QUEEN MARY 2
Above: The Grand Lobby.
Below: Most guests first view of the ship's interior is through the Deck 3 lobby entrance.
QM2 is a special ship and the feeling of being part of something special permeates the experience. It is not simply that she is a massive physical object or that her design incorporates the latest nautical technology, or that she is capable of going across seas where most cruise ships fear to tread, there is also something intangible. It is what made hundreds of thousands of people come out and line the River Elbe when she first came to Hamburg, Germany, what made traffic on the streets and in the harbor of Sydney, Australia come to a
halt when she first appeared there, and even made New Yorkers take notice when she completed her first transatlantic sailing.
In keeping with the ship’s ocean liner heritage, the ship is more formal than most cruise ships. During the day, people wear what people typically wear on vacation. However, in the evening, there are several formal nights and nights where
gentlemen are asked to wear a jacket and tie in the main dining room. If you want to wear a tee-shirt and jeans, there is a choice of more informal alternative dining rooms but be
advised that you will be missing out on part of the experience.
Although QM2 can serve some 2,600 passengers, it does not feel crowded. Keep in mind that many of today’s cruise ships pack more passengers into less physical space. Indeed,
Freedom of the Seas, which is about the same size, carries nearly 2,000 more passengers. Thus, one has plenty of space.
Along the same lines, the cruise director does not chase passengers around the ship trying to prod them into joining the belly-flop contest. Nor are there a string of announcements
coming over the public address system announcing various events onboard. There is no pressure; you decide what you are going to do.
People who travel on QM2 tend to be sophisticated and
intelligent. Most passengers are either British or Americans but there is also a high proportion of international travelers. The ship is also very popular in Germany. QM2’s cruise staff
includes hostesses who are specifically assigned to taking care of the German passengers.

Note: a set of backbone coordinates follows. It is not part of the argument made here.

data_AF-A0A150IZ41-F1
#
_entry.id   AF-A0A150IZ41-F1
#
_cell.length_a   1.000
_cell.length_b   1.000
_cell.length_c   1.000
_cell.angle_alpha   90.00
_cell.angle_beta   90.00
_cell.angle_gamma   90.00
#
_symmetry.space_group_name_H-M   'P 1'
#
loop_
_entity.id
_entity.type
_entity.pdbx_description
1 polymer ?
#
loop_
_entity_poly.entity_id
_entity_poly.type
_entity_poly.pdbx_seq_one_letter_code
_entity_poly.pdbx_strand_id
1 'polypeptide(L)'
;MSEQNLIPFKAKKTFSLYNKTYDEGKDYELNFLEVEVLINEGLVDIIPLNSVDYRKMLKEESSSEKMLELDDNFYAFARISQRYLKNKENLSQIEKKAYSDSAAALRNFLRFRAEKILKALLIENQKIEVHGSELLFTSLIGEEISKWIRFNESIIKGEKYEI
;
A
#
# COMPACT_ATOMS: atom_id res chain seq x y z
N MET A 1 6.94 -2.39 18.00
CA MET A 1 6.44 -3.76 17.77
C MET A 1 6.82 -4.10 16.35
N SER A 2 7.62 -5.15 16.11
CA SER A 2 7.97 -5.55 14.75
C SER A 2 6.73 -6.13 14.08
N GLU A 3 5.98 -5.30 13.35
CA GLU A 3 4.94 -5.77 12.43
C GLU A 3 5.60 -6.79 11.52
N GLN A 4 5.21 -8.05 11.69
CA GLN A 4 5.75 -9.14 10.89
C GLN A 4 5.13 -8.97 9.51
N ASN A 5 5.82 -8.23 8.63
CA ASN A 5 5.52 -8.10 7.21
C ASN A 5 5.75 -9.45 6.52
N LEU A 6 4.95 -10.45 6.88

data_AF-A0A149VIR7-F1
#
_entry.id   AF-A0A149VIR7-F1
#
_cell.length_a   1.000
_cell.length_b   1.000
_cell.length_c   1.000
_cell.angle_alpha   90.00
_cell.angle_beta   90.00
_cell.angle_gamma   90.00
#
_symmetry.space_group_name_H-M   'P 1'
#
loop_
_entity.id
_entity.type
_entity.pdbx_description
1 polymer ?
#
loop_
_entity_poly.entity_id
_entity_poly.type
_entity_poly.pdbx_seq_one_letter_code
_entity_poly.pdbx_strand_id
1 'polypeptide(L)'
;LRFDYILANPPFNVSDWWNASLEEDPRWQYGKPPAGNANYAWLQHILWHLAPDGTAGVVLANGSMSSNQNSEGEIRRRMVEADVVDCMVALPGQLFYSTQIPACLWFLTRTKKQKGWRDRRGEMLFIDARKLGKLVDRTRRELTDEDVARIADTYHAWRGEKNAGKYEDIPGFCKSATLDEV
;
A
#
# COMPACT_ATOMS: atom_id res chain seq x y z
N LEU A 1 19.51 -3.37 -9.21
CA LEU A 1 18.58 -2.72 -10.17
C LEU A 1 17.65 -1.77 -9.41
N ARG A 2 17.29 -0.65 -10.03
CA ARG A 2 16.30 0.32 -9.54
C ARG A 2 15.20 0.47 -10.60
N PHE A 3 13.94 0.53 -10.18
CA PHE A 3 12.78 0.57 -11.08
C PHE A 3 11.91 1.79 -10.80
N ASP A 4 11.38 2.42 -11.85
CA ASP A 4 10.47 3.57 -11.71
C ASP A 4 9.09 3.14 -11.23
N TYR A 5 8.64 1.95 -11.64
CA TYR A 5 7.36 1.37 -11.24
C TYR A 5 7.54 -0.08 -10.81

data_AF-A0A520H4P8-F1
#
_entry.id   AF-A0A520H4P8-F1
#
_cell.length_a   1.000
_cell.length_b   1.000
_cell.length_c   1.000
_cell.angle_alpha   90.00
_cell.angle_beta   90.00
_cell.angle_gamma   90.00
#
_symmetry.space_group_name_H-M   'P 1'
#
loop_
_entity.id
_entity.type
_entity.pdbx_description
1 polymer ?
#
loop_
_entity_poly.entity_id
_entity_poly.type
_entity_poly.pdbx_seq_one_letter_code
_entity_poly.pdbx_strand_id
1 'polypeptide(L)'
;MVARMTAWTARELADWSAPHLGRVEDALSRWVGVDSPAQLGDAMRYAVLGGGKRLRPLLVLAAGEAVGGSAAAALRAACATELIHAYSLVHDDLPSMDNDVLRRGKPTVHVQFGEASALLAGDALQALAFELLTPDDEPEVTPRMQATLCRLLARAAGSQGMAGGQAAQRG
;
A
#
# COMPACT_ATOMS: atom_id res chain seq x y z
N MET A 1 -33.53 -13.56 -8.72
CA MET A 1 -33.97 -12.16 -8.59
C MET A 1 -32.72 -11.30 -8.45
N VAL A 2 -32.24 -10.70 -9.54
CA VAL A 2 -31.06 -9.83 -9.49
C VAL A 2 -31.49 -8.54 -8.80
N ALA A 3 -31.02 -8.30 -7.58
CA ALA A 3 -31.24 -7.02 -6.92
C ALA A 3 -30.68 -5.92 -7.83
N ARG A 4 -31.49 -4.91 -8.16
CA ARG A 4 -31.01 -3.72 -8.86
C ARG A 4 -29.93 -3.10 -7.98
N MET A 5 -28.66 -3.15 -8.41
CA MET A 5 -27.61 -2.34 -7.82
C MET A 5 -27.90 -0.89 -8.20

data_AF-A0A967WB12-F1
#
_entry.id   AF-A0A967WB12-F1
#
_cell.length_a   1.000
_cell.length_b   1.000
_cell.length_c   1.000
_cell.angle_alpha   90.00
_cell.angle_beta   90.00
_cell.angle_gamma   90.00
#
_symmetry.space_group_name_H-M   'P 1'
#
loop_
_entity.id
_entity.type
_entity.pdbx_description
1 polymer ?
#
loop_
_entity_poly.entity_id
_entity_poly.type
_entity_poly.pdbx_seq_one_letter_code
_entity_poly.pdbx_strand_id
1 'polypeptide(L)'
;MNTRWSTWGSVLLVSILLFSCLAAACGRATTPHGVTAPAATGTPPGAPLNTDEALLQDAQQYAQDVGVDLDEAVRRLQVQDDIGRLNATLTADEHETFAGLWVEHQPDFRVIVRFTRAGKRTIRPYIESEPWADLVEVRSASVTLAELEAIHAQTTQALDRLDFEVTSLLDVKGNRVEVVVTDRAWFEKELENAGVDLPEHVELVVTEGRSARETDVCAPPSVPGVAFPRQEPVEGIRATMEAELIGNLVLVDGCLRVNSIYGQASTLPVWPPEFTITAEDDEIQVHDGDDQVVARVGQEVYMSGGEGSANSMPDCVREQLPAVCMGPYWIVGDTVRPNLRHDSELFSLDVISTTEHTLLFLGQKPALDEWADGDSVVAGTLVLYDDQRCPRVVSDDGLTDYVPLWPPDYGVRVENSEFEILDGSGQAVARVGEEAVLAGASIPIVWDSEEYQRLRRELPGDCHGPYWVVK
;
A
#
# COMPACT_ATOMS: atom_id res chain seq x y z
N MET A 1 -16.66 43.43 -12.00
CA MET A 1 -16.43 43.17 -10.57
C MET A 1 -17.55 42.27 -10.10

It also tends to be an older group. There are facilities for children and teenagers, which are supervised by members of the cruise staff who are dedicated to taking care of younger passengers.
Some people are under the erroneous impression that QM2 is a two class ship. The reality is that there are separate restaurants for guests staying in the suites just as there are separate restaurants for suite guests on the most recent Royal Caribbean, Norwegian Cruise Lines, and MSC Cruises ships. With a couple of exceptions, any guest can go most anywhere on the ship and see any of the entertainment.
On QM2, it is easy to forget that one is on a ship. Unlike the first Queen Mary, which was a notorious roller, QM2
has very good sea-keeping qualities. It takes quite a storm
before one feels any significant motion. This may seem surprising because the ship is so tall, one might expect her to be top heavy. However, she has been designed so that the center of gravity is low in the ship. Her four stabilizers also reduce the roll by some 90 per cent. In addition, largely because
the bulk of her propulsion system is located outside of the hull in pods, engine noise does not ring throughout the ship.
In 2016, QM2 underwent a major refit in Germany. New cabins were added and changes were made to several of the public areas. While the ship retains her original character, she has a refreshed look.
Above: Captain Christopher Wells (See interview).
Below: Hotel Managers Robert Howie (see interview) and David Shepard (see interview).
Cunard takes pride in its history going back over 175 years and that is reflected in the decoration of QM2's public areas. Large panels tell the history of the line, its ships and the famous people who have sailed Cunard (above). A mosaic in which pictures of the Cunard ships come together to form a portrait of founder Sir Samuel Cunard welcomes guests (below left). The silver cup presented to Cunard by the citizens of Boston after the line's first transatlantic crossing in 1840 (below right).
The center corridors cutting through the public areas on Decks 2 and 3 are decorated with large panels. The reliefs on Deck 2 present images that are characteristic of the contients to which Queen Mary 2 sails.
The Pursers Desk (above) in the Grand Lobby is the ship's reception desk. It is the place to go for questions and to interact with the ship's management. Next door is the Tour Office (above right) where guests can arrange transfers at the end of a crossing or book shore excursions on a cruise. The Future Voyage Office (right) is also the onboard headquarters for the Cunard World Club, the line's repeat passenger program.
Cruise ship photo tour and commentary - - Cunard Line - - Queen Mary 2 - - Overview